TORONTO — To mark World Cancer Day, the Canadian Partnership Against Cancer is joining hundreds of organizations around the world to help bust common myths and misconceptions about cancer.
“Given that it’s World Cancer Day, it’s a great chance to let Canadians know they live in a country that has a cancer control strategy and that means people are working together across the country to try to make inroads as quickly as we can. I think that is very good news,” said Dr. Heather Bryant, the Partnership’s Vice-President of Cancer Control and a Board Member at the Union for International Cancer Control, the organization that coordinates World Cancer Day .
Dr. Bryant underlined another important message she hoped World Cancer Day would help get across to Canadians: that they can make changes in their own lives to help lower their risk of cancer.
“Although we can never guarantee that even by doing everything right, that we won’t be diagnosed with cancer, we do know that avoiding tobacco, having a diet that is high in fruit and vegetables, getting appropriate levels of physical activity, and avoiding unnecessary ultraviolet radiation are a number of things that Canadians can do to protect themselves as well.” said Dr. Bryant.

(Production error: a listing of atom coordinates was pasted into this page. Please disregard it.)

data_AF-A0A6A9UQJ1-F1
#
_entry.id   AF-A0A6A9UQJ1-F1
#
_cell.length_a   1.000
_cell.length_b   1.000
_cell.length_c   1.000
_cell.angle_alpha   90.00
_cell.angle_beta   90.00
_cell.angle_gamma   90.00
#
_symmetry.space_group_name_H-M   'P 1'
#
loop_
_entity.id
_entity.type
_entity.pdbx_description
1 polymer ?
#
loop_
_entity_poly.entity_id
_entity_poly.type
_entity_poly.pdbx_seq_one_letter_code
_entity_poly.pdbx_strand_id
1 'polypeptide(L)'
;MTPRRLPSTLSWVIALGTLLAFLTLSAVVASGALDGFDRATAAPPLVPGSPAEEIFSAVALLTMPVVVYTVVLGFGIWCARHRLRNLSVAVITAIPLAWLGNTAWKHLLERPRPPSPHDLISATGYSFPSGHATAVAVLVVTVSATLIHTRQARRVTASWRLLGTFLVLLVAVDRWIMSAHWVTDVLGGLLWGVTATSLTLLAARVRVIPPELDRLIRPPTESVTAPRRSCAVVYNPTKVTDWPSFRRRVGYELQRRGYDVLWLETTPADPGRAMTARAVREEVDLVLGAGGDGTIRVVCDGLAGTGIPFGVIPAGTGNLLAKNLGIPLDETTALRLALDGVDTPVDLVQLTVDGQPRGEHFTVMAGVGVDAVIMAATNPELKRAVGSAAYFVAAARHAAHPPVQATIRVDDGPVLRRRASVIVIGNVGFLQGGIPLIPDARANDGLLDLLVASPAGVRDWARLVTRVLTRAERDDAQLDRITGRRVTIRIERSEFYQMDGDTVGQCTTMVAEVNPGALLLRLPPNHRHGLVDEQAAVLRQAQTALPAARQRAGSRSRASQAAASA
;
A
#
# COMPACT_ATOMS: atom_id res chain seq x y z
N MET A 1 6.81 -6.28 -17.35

For World Cancer Day 2014, the Partnership asked Canadians on the street and experts from across the country to share their thoughts around common cancer myths and misconceptions. Watch the following videos to test your own knowledge and to learn the truth behind each myth:
- Myth: I’m 50 and have no symptoms of colon cancer, so I don’t need to get screened
- Myth: Tanning beds are safer than outdoor tanning
- Myth: I feel healthy, so I don’t have breast cancer
- Myth: Cancer is a death sentence
- Myth: Carcinogens don’t cause cancer
- Myth: I can’t do anything to help prevent cancer
World Cancer Day
On February 4 every year, World Cancer Day unites cancer stakeholders from around the world to raise awareness of cancer globally. It is coordinated by the Union for International Cancer Control (UICC) and is supported internationally by the world’s major cancer societies, ministries of health, research institutes, treatment centres and patient groups, including the Canadian Partnership Against Cancer. To learn more, please visit the World Cancer Day website.